- M.G. McCool Professor of Ophthalmology, Department of Ophthalmology
- Adjunct Associate Professor, Department of Cell Biology
- Mentoring Faculty, Oklahoma Center for Neuroscience
- Neuroprotective survival pathways regulated by receptor and non-receptor tyrosine kinases and receptor and non-receptor tyrosine phosphatases.
- Cross communication between rhodopsin and tyrosine kinase/phosphatase signaling in photoreceptors.
- Phosphoinositide signaling in the neuroprotection of the retina.
- Adapter proteins in recruiting the signaling complexes to mediate photoreceptor neuroprotection.
- PhD, Biochemistry, Andhra University, India
Postdoctoral Training, Molecular Biology, University of Saskatchewan, Saskatoon, Canada
Insulin receptors (IR) and insulin signaling proteins are widely distributed throughout the central nervous (CNS) system. Disregulation of IR signaling in the CNS has been linked to the pathogenesis of neurodegenerative disorders such as Alzheimer’s and Parkinson’s disease. IR maintains retinal neuronal cells and insulin receptor defects contribute to photoreceptor cell death. We discovered that IR signaling in rods is controlled by growth factor receptor bound protein 14 (Grb14), an upstream regulator of the IR, and requires photobleaching of rhodopsin for membrane targeting. Grb14 prevents IR dephoshorylation by protein tyrosine phosphatase 1B (PTP1B), a tyrosine phosphatase specific to the IR. Our recent studies clearly established a down regulation of IR signaling due to increased retinal PTP1B activity in animal models of retinitis pigmentosa, diabetic retinopathy and Leber Congenital Amaurosis, LCA-type.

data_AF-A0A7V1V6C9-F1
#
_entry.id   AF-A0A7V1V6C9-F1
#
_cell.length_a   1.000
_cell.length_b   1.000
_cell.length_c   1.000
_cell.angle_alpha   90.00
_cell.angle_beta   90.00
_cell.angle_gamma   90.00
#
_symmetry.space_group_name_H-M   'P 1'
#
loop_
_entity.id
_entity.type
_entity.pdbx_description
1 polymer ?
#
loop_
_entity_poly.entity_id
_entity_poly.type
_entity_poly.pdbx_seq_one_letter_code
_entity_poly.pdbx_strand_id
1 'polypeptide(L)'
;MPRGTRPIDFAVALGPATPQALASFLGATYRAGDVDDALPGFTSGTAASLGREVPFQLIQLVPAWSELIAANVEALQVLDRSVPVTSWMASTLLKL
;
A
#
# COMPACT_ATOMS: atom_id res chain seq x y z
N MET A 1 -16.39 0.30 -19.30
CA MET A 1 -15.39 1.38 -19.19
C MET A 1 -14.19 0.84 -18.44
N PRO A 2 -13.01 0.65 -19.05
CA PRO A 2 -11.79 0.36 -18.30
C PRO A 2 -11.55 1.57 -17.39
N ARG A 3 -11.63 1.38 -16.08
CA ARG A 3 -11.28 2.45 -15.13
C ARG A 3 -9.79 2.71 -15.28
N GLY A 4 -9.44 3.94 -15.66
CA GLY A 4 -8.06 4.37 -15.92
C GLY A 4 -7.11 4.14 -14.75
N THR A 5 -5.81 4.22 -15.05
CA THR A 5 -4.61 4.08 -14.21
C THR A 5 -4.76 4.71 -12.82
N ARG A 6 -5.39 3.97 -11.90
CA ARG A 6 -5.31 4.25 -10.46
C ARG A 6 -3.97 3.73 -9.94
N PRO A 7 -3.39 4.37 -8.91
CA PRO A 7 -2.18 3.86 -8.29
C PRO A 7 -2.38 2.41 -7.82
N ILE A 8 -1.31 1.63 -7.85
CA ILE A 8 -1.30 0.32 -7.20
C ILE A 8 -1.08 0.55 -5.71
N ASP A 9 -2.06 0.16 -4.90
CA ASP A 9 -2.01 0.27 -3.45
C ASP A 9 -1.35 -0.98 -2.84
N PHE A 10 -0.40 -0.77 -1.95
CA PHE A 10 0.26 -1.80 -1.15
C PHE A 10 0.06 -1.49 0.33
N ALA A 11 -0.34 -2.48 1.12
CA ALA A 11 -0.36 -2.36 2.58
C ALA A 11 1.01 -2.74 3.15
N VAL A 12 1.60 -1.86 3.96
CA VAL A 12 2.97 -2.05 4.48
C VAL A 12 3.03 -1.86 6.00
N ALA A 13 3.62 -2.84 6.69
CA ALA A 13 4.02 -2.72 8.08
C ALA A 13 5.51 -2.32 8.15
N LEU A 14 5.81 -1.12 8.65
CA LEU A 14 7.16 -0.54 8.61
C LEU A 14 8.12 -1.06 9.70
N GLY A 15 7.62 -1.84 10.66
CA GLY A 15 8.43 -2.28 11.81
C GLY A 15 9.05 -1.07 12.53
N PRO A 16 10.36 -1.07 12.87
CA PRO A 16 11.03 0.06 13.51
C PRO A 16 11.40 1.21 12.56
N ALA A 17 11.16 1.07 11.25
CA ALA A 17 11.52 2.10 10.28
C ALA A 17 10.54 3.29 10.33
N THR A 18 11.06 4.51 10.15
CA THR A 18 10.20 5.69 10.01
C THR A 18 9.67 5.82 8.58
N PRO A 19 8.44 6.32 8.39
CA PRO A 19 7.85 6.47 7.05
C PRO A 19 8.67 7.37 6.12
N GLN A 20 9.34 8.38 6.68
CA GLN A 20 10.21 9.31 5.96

Studies are underway in our laboratory to target PTP1B in these disease models. Our new and innovative approaches to target PTP1B will facilitate future translational application of our work, with the goal of applying our findings to the clinical care of human retinal degenerative disease including diabetic retinopathy. We are also investigating the role of phosphoinositide 3-kinase (PI3K) signaling pathway in retinal neuroprotection. We recently found age-related cone degeneration occurred in the cone-specific PI3K knockout mice but rod viability was not affected. These studies suggest that rods communicate survival signals to cones through the cone PI3K pathway. Studies are underway in our laboratory to test this hypothesis.
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